The two main sources of information about a competitor’s strategy are what the competitor says and what it does. What a competitor says about its strategy is revealed in annual shareholder reports, interviews with the media, information found by managers and press releases.
However, this stated strategy often differs from what the competitor is actually doing. What the competitor is doing is evident in where its cash flow is directed, such as in the following tangible actions: recruiting activity, R & D projects, capital investments, promotional campaigns, strategic partnerships and mergers and acquisitions.
Knowledge of a competitor’s objectives facilitates a better prediction of the competitor’s reaction to different competitive moves. Competitor objectives may be financial or other types. Some examples include growth rate, market share and technology leadership. Goals may be associated with each hierarchical level of strategy - corporate, business unit and functional level.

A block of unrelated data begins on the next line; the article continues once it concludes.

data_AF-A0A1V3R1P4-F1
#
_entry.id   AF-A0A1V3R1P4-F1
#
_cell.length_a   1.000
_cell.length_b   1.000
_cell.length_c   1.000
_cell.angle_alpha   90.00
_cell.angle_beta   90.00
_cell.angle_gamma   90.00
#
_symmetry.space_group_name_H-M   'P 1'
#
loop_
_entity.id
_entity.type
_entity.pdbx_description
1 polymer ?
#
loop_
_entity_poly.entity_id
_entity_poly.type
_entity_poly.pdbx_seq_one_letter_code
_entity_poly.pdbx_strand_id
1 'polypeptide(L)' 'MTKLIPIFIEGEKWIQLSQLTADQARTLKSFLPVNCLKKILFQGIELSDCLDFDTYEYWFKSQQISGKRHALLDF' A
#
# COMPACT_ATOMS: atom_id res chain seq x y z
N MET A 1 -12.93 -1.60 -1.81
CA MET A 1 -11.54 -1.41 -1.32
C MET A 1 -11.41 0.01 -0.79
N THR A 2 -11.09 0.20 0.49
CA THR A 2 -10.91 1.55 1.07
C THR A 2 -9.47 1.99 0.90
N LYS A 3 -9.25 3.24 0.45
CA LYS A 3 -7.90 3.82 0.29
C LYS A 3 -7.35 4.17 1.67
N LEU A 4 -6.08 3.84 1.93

The competitor’s organisational structure provides clues as to which functions of the company are deemed to be the more important. For example, those functions that report directly to the chief executive officer are likely to be given priority over those that report to a senior vice president. Other aspects of the competitor that serve as indicators of its objectives include management incentives, backgrounds of the executives, composition of the board of directors, legal or contractual restrictions and any additional corporate-level goals that may influence the competing business unit.
Good competitive analysis
There are a few documents that get the attention of product planners and marketers the way that a competitive analysis does. A good competitive analysis is a scouting report of the actual market terrain that your company must navigate in order to be successful.